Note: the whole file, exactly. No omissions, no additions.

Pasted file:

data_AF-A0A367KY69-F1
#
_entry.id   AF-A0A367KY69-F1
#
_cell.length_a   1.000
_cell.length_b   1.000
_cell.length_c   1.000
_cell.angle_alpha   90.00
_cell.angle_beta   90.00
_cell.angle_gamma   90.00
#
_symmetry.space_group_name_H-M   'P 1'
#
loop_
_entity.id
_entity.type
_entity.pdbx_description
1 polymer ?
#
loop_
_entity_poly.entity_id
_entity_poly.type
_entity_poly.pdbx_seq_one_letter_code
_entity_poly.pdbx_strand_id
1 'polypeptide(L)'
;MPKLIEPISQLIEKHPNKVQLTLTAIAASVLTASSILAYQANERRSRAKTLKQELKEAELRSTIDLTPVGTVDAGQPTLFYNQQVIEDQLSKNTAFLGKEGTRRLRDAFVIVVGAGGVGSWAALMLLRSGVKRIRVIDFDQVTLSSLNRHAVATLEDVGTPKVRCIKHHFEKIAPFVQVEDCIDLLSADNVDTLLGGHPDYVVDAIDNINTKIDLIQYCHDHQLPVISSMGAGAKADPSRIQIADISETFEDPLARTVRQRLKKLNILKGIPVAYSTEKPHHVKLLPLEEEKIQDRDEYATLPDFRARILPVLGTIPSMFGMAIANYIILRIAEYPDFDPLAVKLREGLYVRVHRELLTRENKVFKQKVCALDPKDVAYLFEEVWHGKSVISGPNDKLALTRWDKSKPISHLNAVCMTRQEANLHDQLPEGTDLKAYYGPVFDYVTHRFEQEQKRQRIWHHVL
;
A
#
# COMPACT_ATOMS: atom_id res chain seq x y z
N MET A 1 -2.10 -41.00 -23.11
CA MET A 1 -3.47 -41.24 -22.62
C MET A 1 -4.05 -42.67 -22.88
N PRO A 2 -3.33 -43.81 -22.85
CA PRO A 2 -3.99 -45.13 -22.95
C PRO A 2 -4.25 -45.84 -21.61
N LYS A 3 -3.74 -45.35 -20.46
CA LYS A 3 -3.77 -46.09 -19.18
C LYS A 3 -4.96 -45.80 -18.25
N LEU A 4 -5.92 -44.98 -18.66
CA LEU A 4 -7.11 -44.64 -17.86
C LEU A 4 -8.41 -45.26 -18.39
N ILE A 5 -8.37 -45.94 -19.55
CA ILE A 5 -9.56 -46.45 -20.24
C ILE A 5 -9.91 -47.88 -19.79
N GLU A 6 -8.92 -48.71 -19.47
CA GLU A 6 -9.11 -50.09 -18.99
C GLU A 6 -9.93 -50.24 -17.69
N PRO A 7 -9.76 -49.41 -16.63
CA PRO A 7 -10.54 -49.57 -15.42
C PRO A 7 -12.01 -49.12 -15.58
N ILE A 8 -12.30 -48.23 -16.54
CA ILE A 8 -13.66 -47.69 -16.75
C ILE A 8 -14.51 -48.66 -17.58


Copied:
data_AF-A0A367KY69-F1
#
_entry.id   AF-A0A367KY69-F1
#
_cell.length_a   1.000
_cell.length_b   1.000
_cell.length_c   1.000
_cell.angle_alpha   90.00
_cell.angle_beta   90.00
_cell.angle_gamma   90.00
#
_symmetry.space_group_name_H-M   'P 1'
#
loop_
_entity.id
_entity.type
_entity.pdbx_description
1 polymer ?
#
loop_
_entity_poly.entity_id
_entity_poly.type
_entity_poly.pdbx_seq_one_letter_code
_entity_poly.pdbx_strand_id
1 'polypeptide(L)'
;MPKLIEPISQLIEKHPNKVQLTLTAIAASVLTASSILAYQANERRSRAKTLKQELKEAELRSTIDLTPVGTVDAGQPTLFYNQQVIEDQLSKNTAFLGKEGTRRLRDAFVIVVGAGGVGSWAALMLLRSGVKRIRVIDFDQVTLSSLNRHAVATLEDVGTPKVRCIKHHFEKIAPFVQVEDCIDLLSADNVDTLLGGHPDYVVDAIDNINTKIDLIQYCHDHQLPVISSMGAGAKADPSRIQIADISETFEDPLARTVRQRLKKLNILKGIPVAYSTEKPHHVKLLPLEEEKIQDRDEYATLPDFRARILPVLGTIPSMFGMAIANYIILRIAEYPDFDPLAVKLREGLYVRVHRELLTRENKVFKQKVCALDPKDVAYLFEEVWHGKSVISGPNDKLALTRWDKSKPISHLNAVCMTRQEANLHDQLPEGTDLKAYYGPVFDYVTHRFEQEQKRQRIWHHVL
;
A
#
# COMPACT_ATOMS: atom_id res chain seq x y z
N MET A 1 -2.10 -41.00 -23.11
CA MET A 1 -3.47 -41.24 -22.62
C MET A 1 -4.05 -42.67 -22.88
N PRO A 2 -3.33 -43.81 -22.85
CA PRO A 2 -3.99 -45.13 -22.95
C PRO A 2 -4.25 -45.84 -21.61
N LYS A 3 -3.74 -45.35 -20.46
CA LYS A 3 -3.77 -46.09 -19.18
C LYS A 3 -4.96 -45.80 -18.25
N LEU A 4 -5.92 -44.98 -18.66
CA LEU A 4 -7.11 -44.64 -17.86
C LEU A 4 -8.41 -45.26 -18.39
N ILE A 5 -8.37 -45.94 -19.55
CA ILE A 5 -9.56 -46.45 -20.24
C ILE A 5 -9.91 -47.88 -19.79
N GLU A 6 -8.92 -48.71 -19.47
CA GLU A 6 -9.11 -50.09 -18.99
C GLU A 6 -9.93 -50.24 -17.69
N PRO A 7 -9.76 -49.41 -16.63
CA PRO A 7 -10.54 -49.57 -15.42
C PRO A 7 -12.01 -49.12 -15.58
N ILE A 8 -12.30 -48.23 -16.54
CA ILE A 8 -13.66 -47.69 -16.75
C ILE A 8 -14.51 -48.66 -17.58